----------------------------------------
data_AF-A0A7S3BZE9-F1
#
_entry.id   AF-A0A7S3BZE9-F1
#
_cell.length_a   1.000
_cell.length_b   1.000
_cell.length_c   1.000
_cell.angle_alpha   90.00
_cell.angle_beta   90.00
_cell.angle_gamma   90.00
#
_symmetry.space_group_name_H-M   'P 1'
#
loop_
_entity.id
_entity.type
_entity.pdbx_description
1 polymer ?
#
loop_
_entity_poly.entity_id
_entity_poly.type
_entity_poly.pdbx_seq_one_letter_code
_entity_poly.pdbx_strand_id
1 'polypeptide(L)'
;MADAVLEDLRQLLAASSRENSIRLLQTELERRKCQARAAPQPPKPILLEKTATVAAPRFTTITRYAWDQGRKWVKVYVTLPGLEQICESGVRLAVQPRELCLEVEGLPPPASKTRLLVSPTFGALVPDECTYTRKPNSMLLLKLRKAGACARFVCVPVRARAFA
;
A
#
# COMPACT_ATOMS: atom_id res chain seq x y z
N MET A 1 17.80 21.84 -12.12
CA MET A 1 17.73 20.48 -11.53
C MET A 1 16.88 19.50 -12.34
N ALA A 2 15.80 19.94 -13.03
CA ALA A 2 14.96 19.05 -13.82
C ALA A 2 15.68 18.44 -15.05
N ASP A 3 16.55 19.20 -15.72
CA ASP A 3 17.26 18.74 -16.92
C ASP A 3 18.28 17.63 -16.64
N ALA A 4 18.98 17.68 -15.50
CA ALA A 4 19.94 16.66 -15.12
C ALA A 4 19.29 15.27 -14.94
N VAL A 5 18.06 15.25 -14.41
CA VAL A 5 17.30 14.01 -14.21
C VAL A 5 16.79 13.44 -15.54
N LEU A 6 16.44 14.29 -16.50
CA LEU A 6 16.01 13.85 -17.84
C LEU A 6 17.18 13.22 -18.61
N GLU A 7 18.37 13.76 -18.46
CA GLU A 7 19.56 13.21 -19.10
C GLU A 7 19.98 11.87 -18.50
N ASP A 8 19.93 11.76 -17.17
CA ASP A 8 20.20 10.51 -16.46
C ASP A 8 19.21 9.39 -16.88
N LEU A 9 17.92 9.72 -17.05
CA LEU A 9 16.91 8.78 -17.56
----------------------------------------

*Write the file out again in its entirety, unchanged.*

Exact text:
data_AF-A0A7S3BZE9-F1
#
_entry.id   AF-A0A7S3BZE9-F1
#
_cell.length_a   1.000
_cell.length_b   1.000
_cell.length_c   1.000
_cell.angle_alpha   90.00
_cell.angle_beta   90.00
_cell.angle_gamma   90.00
#
_symmetry.space_group_name_H-M   'P 1'
#
loop_
_entity.id
_entity.type
_entity.pdbx_description
1 polymer ?
#
loop_
_entity_poly.entity_id
_entity_poly.type
_entity_poly.pdbx_seq_one_letter_code
_entity_poly.pdbx_strand_id
1 'polypeptide(L)'
;MADAVLEDLRQLLAASSRENSIRLLQTELERRKCQARAAPQPPKPILLEKTATVAAPRFTTITRYAWDQGRKWVKVYVTLPGLEQICESGVRLAVQPRELCLEVEGLPPPASKTRLLVSPTFGALVPDECTYTRKPNSMLLLKLRKAGACARFVCVPVRARAFA
;
A
#
# COMPACT_ATOMS: atom_id res chain seq x y z
N MET A 1 17.80 21.84 -12.12
CA MET A 1 17.73 20.48 -11.53
C MET A 1 16.88 19.50 -12.34
N ALA A 2 15.80 19.94 -13.03
CA ALA A 2 14.96 19.05 -13.82
C ALA A 2 15.68 18.44 -15.05
N ASP A 3 16.55 19.20 -15.72
CA ASP A 3 17.26 18.74 -16.92
C ASP A 3 18.28 17.63 -16.64
N ALA A 4 18.98 17.68 -15.50
CA ALA A 4 19.94 16.66 -15.12
C ALA A 4 19.29 15.27 -14.94
N VAL A 5 18.06 15.25 -14.41
CA VAL A 5 17.30 14.01 -14.21
C VAL A 5 16.79 13.44 -15.54
N LEU A 6 16.44 14.29 -16.50
CA LEU A 6 16.01 13.85 -17.84
C LEU A 6 17.18 13.22 -18.61
N GLU A 7 18.37 13.76 -18.46
CA GLU A 7 19.56 13.21 -19.10
C GLU A 7 19.98 11.87 -18.50
N ASP A 8 19.93 11.76 -17.17
CA ASP A 8 20.20 10.51 -16.46
C ASP A 8 19.21 9.39 -16.88
N LEU A 9 17.92 9.72 -17.05
CA LEU A 9 16.91 8.78 -17.56